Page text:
O&. 18, A. D. 1769. 480. Pr. 15. White.
So many members of the College of Physicians have at. tempted to display their abilities in composing the anniversary oration, that nothing new or interesting can be expected on the sub,ect. The fțile and language of this performance, however,
are abundantly clasical, and the orator's observations in many places sensible and just; though we cannot admit his account of the facility of procuring degrees in other universities, if by alienas academias, page 1o, he means all other universities except those of Oxford and Cambridge. It is well known that some of the greatest ornaments of the profession have been bred at other seminaries of learning; and it is no lels certain that feveral have been received into the College of Physicians at London in particular, who can claim no great pre-eminence in point of knowledge; and therefore if the author has not borrowed the subject of his satire from the too great lenity of the learned body last mentioned, we know not from what other quarter he could be supplied with matter for his splenetic de. scription.
• Alia jam nunc res agitur : apud alienas academias brevius fit ad medicinam iter ; fervi iterum in medicorum numerum fefe insinuant, non qui apud Athenas septem annos studiis dedere, fed qui ex tabernis sunt & ex officinis effusi. Jam patet janua pharmacopolarum tironibus, chirurgis maritimis, & marculis obftetricibus, eis plerumque qui ne fando auditi, nedum ullius professoris oculis unquam confpe&ti fuerint. Indignum facinus ! Quid enim inhonestius ? quid audacius, quid injuriosius reipublicæ concipi poffit, quam imperitos & illiteratos homines medicinæ gradibus per tabellarios ornari, & in eam profeffionem furtim intrudi, quibus concredendæ sunt populi falus civiumque vitæ ? Sed, proh dolor ! ad eam temporum infelicitatem nos reservari videmur, quibus omnia complananda funt & coæquanda, omnes modeftiæ limites tranfiliendi, propter fpeciosos pro libertate clamores, a libertate veruntamen alieniffimos.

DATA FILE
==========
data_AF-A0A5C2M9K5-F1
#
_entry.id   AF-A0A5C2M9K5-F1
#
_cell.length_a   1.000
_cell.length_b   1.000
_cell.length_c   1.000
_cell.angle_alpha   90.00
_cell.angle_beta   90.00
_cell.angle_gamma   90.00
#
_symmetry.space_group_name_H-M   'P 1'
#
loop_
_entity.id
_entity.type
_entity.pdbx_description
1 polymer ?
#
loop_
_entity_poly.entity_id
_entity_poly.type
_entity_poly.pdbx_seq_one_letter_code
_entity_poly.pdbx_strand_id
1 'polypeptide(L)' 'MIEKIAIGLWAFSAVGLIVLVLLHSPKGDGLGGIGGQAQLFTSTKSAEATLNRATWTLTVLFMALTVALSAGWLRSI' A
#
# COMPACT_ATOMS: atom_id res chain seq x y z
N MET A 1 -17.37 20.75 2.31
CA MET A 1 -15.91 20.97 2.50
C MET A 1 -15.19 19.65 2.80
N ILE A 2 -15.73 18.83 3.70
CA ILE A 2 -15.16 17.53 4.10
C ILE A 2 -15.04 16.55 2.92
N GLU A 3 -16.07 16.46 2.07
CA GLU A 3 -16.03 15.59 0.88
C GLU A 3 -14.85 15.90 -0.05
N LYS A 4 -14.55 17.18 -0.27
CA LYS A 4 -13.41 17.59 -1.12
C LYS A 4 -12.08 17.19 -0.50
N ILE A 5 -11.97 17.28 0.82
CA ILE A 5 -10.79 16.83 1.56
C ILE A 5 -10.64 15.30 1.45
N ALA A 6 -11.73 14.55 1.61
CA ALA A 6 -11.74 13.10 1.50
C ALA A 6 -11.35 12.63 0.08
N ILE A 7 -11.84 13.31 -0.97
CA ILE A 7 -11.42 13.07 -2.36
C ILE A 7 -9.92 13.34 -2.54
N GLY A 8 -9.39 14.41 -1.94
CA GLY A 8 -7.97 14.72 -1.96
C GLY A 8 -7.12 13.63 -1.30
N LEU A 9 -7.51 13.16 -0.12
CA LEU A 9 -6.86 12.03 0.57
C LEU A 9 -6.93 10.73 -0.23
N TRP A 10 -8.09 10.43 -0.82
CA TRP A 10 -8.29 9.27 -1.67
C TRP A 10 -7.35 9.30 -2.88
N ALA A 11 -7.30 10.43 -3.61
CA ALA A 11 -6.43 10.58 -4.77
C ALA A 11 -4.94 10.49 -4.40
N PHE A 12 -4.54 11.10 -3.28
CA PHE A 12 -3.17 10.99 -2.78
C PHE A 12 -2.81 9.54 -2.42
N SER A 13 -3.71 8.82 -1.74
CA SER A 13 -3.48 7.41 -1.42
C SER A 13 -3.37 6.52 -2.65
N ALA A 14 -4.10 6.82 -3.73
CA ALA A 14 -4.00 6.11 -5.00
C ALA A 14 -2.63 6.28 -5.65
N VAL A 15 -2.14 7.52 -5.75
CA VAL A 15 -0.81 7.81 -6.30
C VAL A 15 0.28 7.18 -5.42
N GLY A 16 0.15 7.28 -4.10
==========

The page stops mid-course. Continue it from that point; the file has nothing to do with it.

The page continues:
However justly the author here inveighs against the admirSion of servants and apothecaries' apprentices into the London College, (for we cannot conceive such a fact to have taken place in any other) it is certainly injurious to mingle gentlemen, such as surgeons and men-midwives of regular education, with such a motly group.
The description of the late squabbles in the College is far from being void of classical elegance.
• Inter hos inobilium quiritium tumultus, huic nostro inermi domicilio beilum indicitur. Audite collegæ-quæ neque taceri, neque pro dignitate rei dici poffunt. Ex Vulcani adytis in Apollinis castra irrumpendum est. Afpicite-præest Faber Ferrarius, uncum dextrâ vibrans durumque malleum ; domus hæc oppugnatur, fores peffundantur, claustra evelluntur, repaguia pertringuntur, feneftræ conquaffantur. Hoftes introeunt, accumbunt, cavillantur, rixantur, criminantur, elabun
tur. O præclaram viétoriam de poftibus, de foribus, de pel. sulis, de fenestris reportatamn! Ipfi mehercule suis victoriis sunt victi.'
To this Oration is subjoined, by the same author, a short Latin poem, intitled, Meadus, wrote in commemoration of Dr. Mead, which thews the poetical talents of the author to be not inconsiderable, as will appear from the following quotation.
• Usque adeone premunt ingrata filentia vates ?
• Te testem, O Hygieîa, voco; tu nempe videbas,
· Heu perit ante alios dileclus Apolline natos,
• Hunc gemit Eridanus, qui Aumina vortice torquet,